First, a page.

" its social harm of $12,000 a kilogram, most of which consists of the opportunity cost of production." - as seen on the NoRightTurn blog critiqueing the arrest of 300 New Zealand tinnie shop owners and their patrons.
Not so, but partially correct. It is duplicious that Police found the social harm to be equal to the retail value of cannabis herb at the tinnie shop - also a $12,000kg reflecting the criminal risk of sanction, risks associated with production (120days) and risks associated with distribution. Add to that the lack of security or access to dispute resolution, the margin is 'all the risks' associated with prohibition, ie: the rules, itself. Its origin is a weed that runs on solar energy. Couldnt be greener or cheaper.
But what makes up the BERL social harm index burden(s), according to the economists, includes incurred cost of policing, the very upholding of the rules. Not that the Police are to particular about that 'social investment' having never ever measured the efficacy of its delivery. How would the Police know which dollar was the dollar that is working if they cannot measure anything but the deficit funded 'drug interdiction budget', a bottomless pit by all accounts. "Such management would not pass muster at a UK police college." - Detective Chief Superintendent Eddie Ellison following a meeting with Greg O'Conner
I attended a National Party Conference in the now defunct Christchurch Convention Centre, and in an informal meeting between the writer, Dr Paul Hutchison and Tony Ryall (who was then Justice spokesperson) and on discussion on this very subject Hutchison said of such policy analysis, the required impact statements and cost benefit of service delivery "it is absolutely essential" addressing the comment to the now Minister of Health with the Warrant under which all drug enforcement is enacted. So why is Dunne the font of all things 'drug' if he is only the penny. Media should be asking the pound note - in particular as Ryall is a shoe-in on the list.
By ignoring the societal benefits, there can be no comparison with the neighbouring intoxicants (esp alcohol) - how can the inter agency and ministerial committees be so blind?. Even the State Services Commission failed to identify the elephant in the room (not that my letter, a petition of one on this very point didn't send them into a legal tailspin ). No government is serious about fixing alcohol without resolving the tensions surrounding cannabis.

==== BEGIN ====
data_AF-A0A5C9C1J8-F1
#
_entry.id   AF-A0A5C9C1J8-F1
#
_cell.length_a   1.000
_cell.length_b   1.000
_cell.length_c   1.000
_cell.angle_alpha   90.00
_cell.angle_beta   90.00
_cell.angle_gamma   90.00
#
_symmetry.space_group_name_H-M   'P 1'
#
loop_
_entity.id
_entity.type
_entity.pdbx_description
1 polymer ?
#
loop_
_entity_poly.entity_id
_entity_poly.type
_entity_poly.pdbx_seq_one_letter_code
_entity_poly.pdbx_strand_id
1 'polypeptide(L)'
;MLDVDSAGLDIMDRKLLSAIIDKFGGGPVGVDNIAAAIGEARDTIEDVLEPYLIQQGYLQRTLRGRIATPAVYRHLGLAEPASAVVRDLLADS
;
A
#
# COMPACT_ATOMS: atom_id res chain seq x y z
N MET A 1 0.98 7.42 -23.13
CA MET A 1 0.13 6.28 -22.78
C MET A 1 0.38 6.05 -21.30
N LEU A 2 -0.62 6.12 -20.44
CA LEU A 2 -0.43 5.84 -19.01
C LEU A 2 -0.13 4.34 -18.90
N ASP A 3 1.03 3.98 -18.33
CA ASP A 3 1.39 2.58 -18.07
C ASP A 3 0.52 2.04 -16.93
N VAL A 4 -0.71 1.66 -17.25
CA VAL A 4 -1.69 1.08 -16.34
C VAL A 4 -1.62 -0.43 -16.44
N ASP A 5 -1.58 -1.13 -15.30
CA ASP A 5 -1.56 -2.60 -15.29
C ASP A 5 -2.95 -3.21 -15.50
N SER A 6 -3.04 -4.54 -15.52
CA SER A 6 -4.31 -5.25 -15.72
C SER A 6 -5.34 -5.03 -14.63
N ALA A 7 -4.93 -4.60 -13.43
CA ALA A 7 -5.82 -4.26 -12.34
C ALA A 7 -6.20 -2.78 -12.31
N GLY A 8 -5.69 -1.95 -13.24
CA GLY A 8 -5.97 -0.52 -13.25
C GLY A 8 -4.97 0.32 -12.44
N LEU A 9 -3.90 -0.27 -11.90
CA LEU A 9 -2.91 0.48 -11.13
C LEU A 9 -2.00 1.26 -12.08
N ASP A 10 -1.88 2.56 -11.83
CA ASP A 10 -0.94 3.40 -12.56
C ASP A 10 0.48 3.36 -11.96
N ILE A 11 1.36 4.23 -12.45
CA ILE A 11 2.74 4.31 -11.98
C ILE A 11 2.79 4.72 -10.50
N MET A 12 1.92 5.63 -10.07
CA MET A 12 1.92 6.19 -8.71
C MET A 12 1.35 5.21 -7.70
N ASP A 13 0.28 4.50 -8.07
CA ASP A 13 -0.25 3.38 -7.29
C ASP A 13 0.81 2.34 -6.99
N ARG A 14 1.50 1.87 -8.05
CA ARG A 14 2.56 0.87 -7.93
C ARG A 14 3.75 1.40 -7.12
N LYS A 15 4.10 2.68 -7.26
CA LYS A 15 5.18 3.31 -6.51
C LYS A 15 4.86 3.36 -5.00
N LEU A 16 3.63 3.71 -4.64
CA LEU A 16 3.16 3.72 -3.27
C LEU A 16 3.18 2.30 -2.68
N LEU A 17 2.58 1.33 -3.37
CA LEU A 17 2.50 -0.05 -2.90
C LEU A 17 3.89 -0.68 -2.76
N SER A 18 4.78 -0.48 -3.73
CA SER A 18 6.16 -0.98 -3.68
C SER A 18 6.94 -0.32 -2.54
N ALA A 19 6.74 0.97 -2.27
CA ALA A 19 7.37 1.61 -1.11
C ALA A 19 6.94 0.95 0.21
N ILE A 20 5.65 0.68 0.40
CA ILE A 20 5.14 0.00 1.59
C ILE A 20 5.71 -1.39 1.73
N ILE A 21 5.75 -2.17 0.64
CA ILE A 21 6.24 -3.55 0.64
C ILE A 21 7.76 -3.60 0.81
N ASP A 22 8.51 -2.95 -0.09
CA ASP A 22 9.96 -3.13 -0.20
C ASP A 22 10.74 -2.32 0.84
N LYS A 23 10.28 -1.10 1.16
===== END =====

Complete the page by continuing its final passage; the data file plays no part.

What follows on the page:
So Hon. Mr Ryall, how safe is safe? How will that test be applied? And by whom?
Following two largely exonerative (and unanimous) health select committees on cannabis Minister of Health Annette King created the Expert Advisory Committee "to take the politics out of drug policy". Peter Dunne's announcement, this day put the politics back into policy, ignores best practice and, it may well turn out... gift the ALCP with a platform in the law and order and alcohol debates.
The Police arresting 300 people - most of them players and consumers of an otherwise benign industry (see California) at the same time, when there was no other linkage other than 'the ever popular' cannabis tells us more about collusion with media, orchestrated good timing and blatant 'tough on crime' electioneering.
That Police should lie about the impact of the policy absent any accounting 'what they do' only brings policing into disrepute. Curiously in other areas of public policy the Police are forbidden from commenting on policy. The last time they were before a select committee and they sold that pup that wont hunt - cannabis causes crime, they were subsequently directed to go and do there homework and returned a few weeks later, the Police Commissioner before committee now 'having no objection to decriminalisation'.
Reform clearly is the stuff of social capital. We only have to stop institutional and political doublespeak [lying by any other name]... and this is all over. Easy, ask them to tell 'nothing but the truth'. Transparency please.
The required law change is ALREADY on the books, royal seal of approval given the day John Key became Right and Honourable. Ironically under the Misuse of Drugs Act we made provision in a world first, to make the USE of soft recreational drugs 'regulated'. Yes, and R18. (see http://legislation.govt.nz
search for 'restricted substances regulations' )
And that is what Dunne so pleased about, pandering to drug policy prejudices assures his re-election. He only has to say "that is unacceptable" and he gets a sound bite.
Yet, the ALCP consistently polls more than United Future. Odd eh?
Ask Dunne if his new drug policy is going to meet the "Regulate and Control" Law Commissioner, Sir Geoffrey Palmer
's New Zealand Bill of Rights 'legislative test' and we will see how centre middle and honest this man really is.
Drug review... Bring it on!